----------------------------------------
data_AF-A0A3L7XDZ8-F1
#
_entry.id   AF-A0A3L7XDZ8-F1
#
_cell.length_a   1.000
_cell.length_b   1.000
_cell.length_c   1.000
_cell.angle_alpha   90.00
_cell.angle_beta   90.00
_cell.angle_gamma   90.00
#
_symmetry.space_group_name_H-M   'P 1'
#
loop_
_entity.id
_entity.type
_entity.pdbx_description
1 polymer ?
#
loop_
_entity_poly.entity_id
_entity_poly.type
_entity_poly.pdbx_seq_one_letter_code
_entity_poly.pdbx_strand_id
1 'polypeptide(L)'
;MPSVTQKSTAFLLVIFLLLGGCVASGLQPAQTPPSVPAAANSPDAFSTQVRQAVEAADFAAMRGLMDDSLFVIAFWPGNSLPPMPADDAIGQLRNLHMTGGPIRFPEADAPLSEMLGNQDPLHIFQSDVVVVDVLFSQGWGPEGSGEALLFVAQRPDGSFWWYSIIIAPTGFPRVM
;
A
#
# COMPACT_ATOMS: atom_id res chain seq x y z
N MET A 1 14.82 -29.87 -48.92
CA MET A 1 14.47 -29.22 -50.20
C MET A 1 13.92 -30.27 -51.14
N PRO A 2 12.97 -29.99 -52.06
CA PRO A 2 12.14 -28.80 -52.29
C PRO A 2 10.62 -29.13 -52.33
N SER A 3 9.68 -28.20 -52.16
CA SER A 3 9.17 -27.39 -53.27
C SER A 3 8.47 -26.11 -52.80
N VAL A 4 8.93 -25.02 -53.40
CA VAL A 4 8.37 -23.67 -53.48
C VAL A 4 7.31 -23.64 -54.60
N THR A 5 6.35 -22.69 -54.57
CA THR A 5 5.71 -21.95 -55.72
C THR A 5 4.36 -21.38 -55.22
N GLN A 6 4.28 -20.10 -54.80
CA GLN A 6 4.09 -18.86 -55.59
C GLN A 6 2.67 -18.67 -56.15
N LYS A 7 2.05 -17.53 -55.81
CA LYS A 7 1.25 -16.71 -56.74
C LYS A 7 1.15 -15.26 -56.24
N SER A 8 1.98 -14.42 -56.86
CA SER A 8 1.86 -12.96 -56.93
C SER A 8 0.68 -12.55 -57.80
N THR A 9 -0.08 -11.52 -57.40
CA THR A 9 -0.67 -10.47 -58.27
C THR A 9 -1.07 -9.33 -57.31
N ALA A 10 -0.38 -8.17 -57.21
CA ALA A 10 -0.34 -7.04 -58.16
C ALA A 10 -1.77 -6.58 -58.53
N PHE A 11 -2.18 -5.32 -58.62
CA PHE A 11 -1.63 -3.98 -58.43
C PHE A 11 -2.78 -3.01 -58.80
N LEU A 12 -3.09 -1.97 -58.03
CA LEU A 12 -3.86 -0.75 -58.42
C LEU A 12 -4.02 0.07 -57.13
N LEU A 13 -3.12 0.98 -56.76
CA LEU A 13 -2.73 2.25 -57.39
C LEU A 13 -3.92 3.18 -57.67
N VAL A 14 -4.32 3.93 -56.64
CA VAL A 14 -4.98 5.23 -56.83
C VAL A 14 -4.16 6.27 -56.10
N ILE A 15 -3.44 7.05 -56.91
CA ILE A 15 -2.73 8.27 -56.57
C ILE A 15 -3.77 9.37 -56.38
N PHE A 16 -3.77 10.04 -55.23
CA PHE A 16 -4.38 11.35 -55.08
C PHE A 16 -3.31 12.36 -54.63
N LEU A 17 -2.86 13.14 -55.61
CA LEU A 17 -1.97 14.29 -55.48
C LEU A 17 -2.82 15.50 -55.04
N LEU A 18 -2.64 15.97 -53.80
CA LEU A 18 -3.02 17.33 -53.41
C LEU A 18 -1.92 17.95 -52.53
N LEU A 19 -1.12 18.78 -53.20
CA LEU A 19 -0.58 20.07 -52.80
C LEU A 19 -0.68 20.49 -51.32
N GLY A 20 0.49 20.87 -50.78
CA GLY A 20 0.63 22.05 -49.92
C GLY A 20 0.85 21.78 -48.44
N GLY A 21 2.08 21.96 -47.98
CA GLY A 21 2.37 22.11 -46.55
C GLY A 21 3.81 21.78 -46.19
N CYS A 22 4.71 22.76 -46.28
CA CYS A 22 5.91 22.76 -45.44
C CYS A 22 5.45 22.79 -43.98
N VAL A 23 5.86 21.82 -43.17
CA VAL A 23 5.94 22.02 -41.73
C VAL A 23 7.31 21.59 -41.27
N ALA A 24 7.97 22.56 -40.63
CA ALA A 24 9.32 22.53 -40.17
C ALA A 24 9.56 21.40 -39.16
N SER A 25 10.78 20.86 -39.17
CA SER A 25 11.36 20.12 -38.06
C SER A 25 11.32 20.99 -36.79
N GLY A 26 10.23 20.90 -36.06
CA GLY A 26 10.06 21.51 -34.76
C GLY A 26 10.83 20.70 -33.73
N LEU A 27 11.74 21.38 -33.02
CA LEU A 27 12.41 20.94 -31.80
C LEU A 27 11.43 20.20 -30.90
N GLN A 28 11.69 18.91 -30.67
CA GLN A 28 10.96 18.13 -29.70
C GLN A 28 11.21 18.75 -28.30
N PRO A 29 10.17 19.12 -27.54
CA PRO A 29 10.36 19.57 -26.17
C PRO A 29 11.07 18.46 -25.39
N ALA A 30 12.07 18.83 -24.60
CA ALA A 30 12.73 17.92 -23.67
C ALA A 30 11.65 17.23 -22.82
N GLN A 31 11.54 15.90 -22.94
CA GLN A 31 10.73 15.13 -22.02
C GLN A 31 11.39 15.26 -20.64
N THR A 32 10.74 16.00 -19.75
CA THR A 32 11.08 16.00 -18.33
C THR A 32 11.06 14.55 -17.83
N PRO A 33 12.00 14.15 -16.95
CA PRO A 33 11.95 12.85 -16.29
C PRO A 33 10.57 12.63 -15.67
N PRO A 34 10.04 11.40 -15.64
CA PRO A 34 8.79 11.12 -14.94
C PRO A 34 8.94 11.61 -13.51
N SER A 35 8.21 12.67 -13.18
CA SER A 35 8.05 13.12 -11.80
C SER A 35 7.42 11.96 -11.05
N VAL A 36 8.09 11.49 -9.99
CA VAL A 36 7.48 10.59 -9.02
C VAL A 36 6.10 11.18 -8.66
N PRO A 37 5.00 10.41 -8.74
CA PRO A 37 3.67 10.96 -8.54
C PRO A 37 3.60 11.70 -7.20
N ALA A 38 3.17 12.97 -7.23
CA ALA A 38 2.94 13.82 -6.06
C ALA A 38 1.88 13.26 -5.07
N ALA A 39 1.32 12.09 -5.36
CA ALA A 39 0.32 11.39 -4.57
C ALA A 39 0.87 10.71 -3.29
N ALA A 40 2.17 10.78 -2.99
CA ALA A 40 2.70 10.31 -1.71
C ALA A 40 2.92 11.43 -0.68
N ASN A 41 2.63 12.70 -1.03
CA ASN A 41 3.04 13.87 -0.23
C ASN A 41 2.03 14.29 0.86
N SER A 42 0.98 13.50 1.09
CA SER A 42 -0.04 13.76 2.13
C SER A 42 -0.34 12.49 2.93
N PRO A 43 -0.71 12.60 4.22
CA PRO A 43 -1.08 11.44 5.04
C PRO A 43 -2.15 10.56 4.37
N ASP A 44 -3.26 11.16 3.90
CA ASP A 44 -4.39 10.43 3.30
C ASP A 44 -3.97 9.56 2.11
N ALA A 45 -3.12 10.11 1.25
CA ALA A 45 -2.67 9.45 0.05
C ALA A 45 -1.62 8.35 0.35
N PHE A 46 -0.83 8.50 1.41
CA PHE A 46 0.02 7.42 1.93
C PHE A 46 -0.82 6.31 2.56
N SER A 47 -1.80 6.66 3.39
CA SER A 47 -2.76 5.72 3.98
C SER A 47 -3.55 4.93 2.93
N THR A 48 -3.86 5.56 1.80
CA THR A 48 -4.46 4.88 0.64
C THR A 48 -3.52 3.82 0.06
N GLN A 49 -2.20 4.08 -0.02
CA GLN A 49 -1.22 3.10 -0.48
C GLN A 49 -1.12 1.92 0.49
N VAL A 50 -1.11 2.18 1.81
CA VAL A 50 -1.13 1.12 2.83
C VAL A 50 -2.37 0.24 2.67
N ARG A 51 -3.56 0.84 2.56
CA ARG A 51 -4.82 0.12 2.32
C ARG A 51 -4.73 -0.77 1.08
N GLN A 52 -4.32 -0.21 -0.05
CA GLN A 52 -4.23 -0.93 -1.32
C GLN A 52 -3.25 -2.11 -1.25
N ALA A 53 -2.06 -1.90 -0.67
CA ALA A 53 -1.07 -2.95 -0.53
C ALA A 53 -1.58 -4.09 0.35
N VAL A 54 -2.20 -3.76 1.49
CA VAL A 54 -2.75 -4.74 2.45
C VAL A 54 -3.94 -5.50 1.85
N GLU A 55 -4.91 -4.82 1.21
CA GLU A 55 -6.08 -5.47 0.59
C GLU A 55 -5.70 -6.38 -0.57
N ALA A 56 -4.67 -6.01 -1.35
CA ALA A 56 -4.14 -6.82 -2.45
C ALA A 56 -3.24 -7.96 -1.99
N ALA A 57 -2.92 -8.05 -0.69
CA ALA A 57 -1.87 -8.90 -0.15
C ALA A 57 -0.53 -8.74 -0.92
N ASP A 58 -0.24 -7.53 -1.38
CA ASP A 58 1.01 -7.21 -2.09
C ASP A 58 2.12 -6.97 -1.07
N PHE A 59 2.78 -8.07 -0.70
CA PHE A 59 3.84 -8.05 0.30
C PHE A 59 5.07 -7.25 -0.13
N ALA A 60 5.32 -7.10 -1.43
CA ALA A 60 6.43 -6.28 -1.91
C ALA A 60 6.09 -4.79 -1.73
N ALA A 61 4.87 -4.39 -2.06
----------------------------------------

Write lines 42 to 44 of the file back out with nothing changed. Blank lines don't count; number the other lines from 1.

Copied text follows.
C VAL A 4 7.31 -23.64 -54.60
N THR A 5 6.35 -22.69 -54.57
CA THR A 5 5.71 -21.95 -55.72